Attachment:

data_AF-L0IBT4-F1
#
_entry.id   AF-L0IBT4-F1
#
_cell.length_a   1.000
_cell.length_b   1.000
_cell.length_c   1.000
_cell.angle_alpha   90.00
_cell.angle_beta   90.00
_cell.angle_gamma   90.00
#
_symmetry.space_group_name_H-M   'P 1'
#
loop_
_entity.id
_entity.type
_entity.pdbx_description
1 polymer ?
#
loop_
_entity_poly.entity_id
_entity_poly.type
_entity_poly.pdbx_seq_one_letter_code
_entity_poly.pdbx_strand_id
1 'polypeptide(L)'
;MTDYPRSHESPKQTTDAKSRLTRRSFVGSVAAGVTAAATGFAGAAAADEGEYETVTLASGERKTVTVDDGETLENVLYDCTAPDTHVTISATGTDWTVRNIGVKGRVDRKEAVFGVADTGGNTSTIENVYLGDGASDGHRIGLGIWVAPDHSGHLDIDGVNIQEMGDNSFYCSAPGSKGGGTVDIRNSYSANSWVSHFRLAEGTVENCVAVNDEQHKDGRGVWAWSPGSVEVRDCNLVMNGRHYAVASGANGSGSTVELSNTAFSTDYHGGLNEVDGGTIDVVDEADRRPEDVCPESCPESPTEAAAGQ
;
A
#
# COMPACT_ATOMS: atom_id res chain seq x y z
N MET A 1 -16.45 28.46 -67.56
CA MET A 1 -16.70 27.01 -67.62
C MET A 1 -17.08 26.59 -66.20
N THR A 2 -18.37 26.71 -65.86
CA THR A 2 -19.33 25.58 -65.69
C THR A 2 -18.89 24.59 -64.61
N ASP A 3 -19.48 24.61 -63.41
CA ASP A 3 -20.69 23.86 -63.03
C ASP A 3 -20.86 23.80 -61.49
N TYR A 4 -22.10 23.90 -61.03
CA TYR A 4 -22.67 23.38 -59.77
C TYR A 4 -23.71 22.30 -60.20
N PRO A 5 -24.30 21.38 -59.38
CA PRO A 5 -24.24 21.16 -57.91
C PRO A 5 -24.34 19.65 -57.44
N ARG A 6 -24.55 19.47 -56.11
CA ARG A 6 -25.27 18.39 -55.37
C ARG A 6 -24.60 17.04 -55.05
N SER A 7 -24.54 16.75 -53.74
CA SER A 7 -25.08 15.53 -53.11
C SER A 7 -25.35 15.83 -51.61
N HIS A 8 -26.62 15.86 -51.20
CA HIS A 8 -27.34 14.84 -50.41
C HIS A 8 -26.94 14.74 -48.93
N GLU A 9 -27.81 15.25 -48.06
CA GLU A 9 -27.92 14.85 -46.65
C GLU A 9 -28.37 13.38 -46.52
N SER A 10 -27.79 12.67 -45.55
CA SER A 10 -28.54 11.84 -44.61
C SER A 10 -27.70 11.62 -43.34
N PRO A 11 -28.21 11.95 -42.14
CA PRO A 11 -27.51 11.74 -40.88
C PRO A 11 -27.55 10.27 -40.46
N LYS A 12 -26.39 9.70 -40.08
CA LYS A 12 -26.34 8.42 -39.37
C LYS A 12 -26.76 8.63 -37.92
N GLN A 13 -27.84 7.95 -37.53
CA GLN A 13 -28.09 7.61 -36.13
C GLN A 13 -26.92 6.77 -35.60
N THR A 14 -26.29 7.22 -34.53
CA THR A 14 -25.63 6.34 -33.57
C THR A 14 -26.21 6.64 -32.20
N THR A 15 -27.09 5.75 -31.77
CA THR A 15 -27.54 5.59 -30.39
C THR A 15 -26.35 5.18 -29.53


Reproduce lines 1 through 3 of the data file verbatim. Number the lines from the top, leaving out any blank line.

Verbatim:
data_AF-L0IBT4-F1
#
_entry.id   AF-L0IBT4-F1